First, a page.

Capping, Sterilization, and Labeling in Beer Bottling Systems

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Update:Oct, 17 /2023

Craft Beer Can Filling Machine


Filled beer bottles should be capped promptly, ensuring there is no air in the bottle neck during capping. Glass bottles used for beer are typically sealed with crown caps, which have 21 serrations that seal the bottle when pressed together during capping. A PVC plastic film inside the cap serves as a sealing liner. The capping machine and filling machine are installed together and driven by the same drive unit to ensure synchronized operation. The capping machine is also a rotary machine and operates much faster than the filling machine.

(1) Process Requirements:

  • The size of the bottle cap must match the beer bottle, and there should be no burrs around the cap. The cap should undergo dust removal with sterile air.
  • The horizontal level at the bottom of the cap-falling groove should be 0.5mm higher than the entrance to the capping head to facilitate cap insertion.
  • The spring pressure should be adjusted uniformly based on the properties of the cap.
  • After capping, the cap should be tightly and properly sealed without any unilateral protrusion. The capped cap should not pass through a circular hole of φ28.6mm but should pass through a φ29.1mm hole. Over-tightening can lead to bottle neck breakage, while being too loose can result in air leakage during sterilization.

(2) Capping Operation

  • Measure the travel between each capping element and control the interval to achieve the best capping effect.
  • Adjust the capping mold stroke and spring pressure based on the cap's properties. Thicker crown caps or bottle liners require higher pressure.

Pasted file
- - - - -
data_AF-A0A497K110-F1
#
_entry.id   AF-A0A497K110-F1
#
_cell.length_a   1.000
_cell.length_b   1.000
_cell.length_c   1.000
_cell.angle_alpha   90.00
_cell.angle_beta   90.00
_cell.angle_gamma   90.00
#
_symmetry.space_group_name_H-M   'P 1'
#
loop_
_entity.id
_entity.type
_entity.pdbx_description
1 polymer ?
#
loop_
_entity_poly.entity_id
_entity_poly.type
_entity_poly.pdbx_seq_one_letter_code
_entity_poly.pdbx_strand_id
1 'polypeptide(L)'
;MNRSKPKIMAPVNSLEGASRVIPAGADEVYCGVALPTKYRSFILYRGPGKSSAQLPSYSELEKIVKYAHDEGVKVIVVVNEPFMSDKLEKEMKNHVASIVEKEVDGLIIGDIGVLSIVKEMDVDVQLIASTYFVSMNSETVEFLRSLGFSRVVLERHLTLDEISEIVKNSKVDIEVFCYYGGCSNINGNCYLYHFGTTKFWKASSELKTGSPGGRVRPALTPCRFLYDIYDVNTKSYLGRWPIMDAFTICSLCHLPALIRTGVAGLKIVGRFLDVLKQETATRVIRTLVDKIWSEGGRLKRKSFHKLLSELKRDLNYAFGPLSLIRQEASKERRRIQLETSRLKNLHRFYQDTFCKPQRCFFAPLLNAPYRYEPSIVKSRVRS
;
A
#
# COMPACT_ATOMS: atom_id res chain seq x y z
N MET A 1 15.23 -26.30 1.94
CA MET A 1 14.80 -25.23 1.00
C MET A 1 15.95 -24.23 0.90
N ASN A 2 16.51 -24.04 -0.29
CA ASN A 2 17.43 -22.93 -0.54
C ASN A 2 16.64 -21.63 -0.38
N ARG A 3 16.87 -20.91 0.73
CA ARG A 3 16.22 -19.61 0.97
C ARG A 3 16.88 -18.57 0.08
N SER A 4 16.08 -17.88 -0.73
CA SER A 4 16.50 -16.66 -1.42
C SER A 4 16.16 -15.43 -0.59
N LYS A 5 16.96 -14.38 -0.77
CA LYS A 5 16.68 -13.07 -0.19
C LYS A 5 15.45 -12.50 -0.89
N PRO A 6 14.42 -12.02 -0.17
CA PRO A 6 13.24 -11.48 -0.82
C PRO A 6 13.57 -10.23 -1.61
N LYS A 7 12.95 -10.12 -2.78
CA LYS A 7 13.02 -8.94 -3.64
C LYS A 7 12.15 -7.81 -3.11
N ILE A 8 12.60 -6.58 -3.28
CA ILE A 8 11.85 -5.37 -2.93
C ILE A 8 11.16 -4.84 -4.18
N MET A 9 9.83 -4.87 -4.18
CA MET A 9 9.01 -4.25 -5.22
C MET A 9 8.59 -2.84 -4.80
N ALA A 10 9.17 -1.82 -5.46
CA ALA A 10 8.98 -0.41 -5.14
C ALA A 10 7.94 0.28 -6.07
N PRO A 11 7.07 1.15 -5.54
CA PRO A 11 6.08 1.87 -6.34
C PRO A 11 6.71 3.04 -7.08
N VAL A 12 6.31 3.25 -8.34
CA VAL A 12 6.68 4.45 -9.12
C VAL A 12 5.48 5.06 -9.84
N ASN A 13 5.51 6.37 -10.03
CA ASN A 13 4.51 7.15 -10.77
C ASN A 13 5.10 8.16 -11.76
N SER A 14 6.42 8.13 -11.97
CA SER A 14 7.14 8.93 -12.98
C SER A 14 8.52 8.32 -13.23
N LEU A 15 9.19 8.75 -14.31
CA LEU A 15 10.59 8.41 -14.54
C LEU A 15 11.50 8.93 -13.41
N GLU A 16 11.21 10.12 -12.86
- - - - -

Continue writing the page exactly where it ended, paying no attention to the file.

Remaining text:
• Control the outer diameter of the capped cap to be between φ28.6 and 29.1mm. A pressure sealing tester for caps can be used to measure the cap's pressure resistance. A dual-needle pressure gauge can automatically display and record the cap's maximum instantaneous pressure (0.85MPa).


To ensure a longer shelf life for beer, the pasteurization method is often used for sterilization to maintain high biological stability.

(1) Heat Sterilization Methods:

  • Heat sterilization can be divided into pre-bottling sterilization and post-bottling sterilization. Pre-bottling sterilization, also known as flash sterilization, is often done using a plate heat exchanger. Post-bottling sterilization is the method adopted by the majority of beer production companies worldwide, and it typically uses tunnel pasteurizers or continuous pasteurization machines.

In 1860, French scientist Louis Pasteur demonstrated that the application of low-temperature sterilization (heating to 60°C and maintaining for a certain time) could kill microbial cells. This method became known as the Pasteurization method. The sterilization effect caused by heating to 60°C for 1 minute is defined as one Pasteurization unit (Pu) and is represented by Pu=T×1.393(t-60), where T is time (minutes) and t is temperature (°C). Experimental Pu values for effective sterilization of beer are typically in the range of 5–6 in the laboratory and controlled at 15–30Pu in production. Pu values at different sterilization temperatures for handling 1 minute are listed in Table 5-2-3.

Recently, instantaneous pasteurization methods such as flash pasteurization and ultra-high-temperature pasteurization (UHT, sterilization temperature between 115°C and 137°C) have been used to extend the shelf life of canned beer.

(2) Sterilization Operation: